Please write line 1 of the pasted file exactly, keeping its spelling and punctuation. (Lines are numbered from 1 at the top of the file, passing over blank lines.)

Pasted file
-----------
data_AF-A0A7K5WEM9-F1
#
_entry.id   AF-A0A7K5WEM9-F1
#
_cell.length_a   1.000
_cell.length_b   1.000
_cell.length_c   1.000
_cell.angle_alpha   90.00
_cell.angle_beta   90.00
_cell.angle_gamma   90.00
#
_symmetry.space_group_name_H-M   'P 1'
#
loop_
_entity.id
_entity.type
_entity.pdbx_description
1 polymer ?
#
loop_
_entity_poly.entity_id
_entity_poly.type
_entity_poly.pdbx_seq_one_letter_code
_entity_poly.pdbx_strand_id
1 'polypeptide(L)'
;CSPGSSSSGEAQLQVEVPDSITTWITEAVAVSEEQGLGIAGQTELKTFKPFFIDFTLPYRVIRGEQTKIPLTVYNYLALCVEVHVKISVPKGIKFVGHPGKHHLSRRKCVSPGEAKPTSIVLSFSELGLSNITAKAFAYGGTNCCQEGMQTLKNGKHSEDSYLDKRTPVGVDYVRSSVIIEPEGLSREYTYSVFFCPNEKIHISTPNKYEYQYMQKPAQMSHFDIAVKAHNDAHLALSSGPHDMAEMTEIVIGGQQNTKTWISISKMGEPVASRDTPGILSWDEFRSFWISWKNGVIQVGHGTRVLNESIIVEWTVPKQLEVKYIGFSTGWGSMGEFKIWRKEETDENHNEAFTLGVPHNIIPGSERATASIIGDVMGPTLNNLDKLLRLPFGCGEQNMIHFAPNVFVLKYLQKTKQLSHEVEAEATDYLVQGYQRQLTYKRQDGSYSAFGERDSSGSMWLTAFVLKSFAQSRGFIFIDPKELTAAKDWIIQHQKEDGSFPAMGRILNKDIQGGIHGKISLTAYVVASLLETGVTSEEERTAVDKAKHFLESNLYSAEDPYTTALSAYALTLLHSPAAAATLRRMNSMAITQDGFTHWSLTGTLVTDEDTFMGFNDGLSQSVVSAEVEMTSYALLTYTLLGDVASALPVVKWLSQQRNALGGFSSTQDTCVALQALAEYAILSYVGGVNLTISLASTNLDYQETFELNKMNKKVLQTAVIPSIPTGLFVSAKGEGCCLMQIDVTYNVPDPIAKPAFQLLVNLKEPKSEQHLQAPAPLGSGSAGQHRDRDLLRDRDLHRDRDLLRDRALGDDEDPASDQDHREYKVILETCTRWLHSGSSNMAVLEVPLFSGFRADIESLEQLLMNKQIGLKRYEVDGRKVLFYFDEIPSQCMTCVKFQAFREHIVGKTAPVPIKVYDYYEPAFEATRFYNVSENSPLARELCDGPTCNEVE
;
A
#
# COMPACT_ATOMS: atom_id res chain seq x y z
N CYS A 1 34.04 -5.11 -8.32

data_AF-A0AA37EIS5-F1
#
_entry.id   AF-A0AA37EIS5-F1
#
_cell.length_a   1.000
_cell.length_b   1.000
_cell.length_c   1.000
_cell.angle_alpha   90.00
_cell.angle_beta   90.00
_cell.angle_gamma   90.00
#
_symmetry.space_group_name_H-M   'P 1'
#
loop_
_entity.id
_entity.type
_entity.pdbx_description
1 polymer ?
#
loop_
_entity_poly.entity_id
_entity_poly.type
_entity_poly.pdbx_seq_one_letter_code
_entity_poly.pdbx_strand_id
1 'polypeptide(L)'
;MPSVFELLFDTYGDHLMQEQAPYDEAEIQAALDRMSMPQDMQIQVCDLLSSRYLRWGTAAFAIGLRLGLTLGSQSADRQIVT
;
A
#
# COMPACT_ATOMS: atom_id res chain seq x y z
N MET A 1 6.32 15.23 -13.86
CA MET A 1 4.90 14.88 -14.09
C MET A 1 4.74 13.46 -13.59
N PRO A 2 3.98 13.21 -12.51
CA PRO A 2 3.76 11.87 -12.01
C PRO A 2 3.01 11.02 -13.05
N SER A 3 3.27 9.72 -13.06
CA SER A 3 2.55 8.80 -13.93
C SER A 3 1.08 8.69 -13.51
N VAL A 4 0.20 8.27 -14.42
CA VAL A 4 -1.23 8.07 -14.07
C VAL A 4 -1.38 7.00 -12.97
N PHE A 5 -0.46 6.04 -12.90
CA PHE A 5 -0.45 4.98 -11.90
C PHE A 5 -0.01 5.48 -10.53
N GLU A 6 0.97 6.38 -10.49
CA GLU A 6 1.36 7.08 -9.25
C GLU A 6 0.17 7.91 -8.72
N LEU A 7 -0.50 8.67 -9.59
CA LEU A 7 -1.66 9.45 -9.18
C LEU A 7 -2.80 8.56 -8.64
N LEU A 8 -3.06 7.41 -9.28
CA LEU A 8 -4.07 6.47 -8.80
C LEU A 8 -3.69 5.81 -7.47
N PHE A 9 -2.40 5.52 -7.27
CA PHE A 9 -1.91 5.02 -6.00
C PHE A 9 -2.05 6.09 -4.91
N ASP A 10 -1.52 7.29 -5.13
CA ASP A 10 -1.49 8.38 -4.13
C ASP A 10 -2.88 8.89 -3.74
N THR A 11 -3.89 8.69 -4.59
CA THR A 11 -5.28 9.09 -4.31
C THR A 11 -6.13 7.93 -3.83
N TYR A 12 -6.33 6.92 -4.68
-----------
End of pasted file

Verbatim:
data_AF-A0A7K5WEM9-F1